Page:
Salesses: I try to remember not to fade to black before the scene offers something more than the fact of sex. I also think about how you achieve this focused attention from the reader (and from the characters) during a sex scene, and what you can get someone to read when their attention is that focused, without losing them. What about you two?
Kleeman: I always used to avoid writing about sex, and in avoiding that I realized that I was excluding a really useful mode of character-building from my work. Fictional sex now seems important to me not quite symbolically but as a way in which characters articulate their relationship to the things around them in a basic, raw way. It makes visible how your character sees their body and the bodies of others as instruments, how confident, how aggressive. How concrete, how abstract or emotive is their experience of physicality? I’m especially interested in how lonely it can be—usually we get a picture of sex as a seamless melding of two entities, but I think it’s much more likely to reaffirm the boundaries of one or both people, rearticulate how separate you are and what you notice about other people that makes them distinct form you and different. Depending on how you feel about that other person this kind of differentiation could be very intimate—and isn’t that preferable to saying again and again that people dissolve into one another or merge or forget where the end and where they begin? The latter is something that, for some reason, we try over and over again to make ourselves believe.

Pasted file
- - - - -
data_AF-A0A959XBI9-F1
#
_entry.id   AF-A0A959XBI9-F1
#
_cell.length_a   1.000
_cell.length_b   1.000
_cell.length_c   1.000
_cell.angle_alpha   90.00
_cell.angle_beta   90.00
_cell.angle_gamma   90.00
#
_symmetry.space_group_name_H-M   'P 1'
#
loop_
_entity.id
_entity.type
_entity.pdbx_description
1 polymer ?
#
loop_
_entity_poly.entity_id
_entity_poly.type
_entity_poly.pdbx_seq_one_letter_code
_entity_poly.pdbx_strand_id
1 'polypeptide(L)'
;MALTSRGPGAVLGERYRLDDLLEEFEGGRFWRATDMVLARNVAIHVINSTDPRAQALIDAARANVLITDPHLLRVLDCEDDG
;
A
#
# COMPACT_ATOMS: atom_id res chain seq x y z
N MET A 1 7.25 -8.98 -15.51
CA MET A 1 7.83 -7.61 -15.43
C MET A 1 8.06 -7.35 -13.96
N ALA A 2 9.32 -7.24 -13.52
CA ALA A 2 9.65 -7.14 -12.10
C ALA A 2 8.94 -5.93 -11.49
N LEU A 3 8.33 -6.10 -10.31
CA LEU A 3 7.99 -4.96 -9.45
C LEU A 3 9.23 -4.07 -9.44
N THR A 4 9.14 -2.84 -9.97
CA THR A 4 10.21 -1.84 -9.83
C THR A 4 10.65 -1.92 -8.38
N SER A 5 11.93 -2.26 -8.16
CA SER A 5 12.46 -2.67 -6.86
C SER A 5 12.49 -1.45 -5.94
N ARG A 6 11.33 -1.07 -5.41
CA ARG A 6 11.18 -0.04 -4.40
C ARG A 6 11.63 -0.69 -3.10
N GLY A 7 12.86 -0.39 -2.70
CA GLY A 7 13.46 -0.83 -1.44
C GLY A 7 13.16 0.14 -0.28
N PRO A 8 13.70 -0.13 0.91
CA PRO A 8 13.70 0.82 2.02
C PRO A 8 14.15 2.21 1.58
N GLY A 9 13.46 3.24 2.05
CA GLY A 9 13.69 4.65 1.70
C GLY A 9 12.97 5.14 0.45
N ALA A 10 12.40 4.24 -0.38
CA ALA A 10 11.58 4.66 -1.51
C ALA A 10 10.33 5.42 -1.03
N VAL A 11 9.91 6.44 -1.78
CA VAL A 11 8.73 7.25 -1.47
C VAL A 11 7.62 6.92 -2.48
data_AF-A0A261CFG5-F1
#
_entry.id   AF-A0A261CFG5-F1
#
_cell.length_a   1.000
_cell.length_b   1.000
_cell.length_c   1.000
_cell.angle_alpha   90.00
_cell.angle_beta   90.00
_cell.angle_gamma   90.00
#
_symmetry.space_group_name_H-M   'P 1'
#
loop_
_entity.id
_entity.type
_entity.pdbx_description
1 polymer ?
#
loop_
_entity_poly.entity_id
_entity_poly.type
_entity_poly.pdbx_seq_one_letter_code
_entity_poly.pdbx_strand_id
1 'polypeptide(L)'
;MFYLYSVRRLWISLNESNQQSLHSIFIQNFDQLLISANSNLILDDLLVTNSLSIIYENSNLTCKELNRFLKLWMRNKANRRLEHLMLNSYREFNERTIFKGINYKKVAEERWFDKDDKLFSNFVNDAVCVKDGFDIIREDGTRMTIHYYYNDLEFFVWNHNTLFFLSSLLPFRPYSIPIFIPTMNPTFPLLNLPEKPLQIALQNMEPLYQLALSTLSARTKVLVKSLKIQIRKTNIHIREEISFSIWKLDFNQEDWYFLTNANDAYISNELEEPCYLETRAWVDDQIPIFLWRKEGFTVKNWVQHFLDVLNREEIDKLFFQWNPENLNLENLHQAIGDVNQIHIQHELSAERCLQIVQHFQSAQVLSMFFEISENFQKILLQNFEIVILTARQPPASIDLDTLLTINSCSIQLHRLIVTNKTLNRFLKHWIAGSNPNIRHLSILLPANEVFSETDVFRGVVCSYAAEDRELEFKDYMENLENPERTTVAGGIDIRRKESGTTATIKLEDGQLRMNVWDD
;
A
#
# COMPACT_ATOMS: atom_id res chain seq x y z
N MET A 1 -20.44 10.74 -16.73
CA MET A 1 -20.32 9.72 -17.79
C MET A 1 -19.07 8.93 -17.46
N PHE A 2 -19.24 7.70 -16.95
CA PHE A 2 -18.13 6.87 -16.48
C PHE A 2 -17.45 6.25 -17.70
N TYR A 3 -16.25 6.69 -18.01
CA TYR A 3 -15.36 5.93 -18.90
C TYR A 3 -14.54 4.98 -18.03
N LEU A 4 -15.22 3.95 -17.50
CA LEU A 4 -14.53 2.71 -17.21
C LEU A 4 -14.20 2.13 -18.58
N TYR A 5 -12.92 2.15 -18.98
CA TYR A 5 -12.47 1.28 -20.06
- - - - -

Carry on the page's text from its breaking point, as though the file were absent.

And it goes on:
Banasky: Yes! I think that type of melding, losing-yourself sex is a manufactured, shared, cultural memory that we strive to return to as the Ideal, though we might never have experienced it to begin with. There’s something nostalgic in that struggle. And it is a blurring of media and reality more than a blurring of two people. It’s what Alex’s book touches on directly, and it is very much a symptom of our generation: we were told early on that this is what good sex looks like, this is what your mouth looks like during good sex, etc. (For me, the image was probably first seared as a kid when I snuck into the hallway where I could see two-thirds of the TV screen, while my parents watched an R-rated movie.) Even if mainstream cinema still upholds that imprecise image, perhaps literary fiction works so hard to undermine it that awkward sex scenes have become a cliché in their own right. In my book, Claire has only one “good” sexual encounter amidst a lot of bad sex. But even during this one pleasurable moment, she is distant, above herself.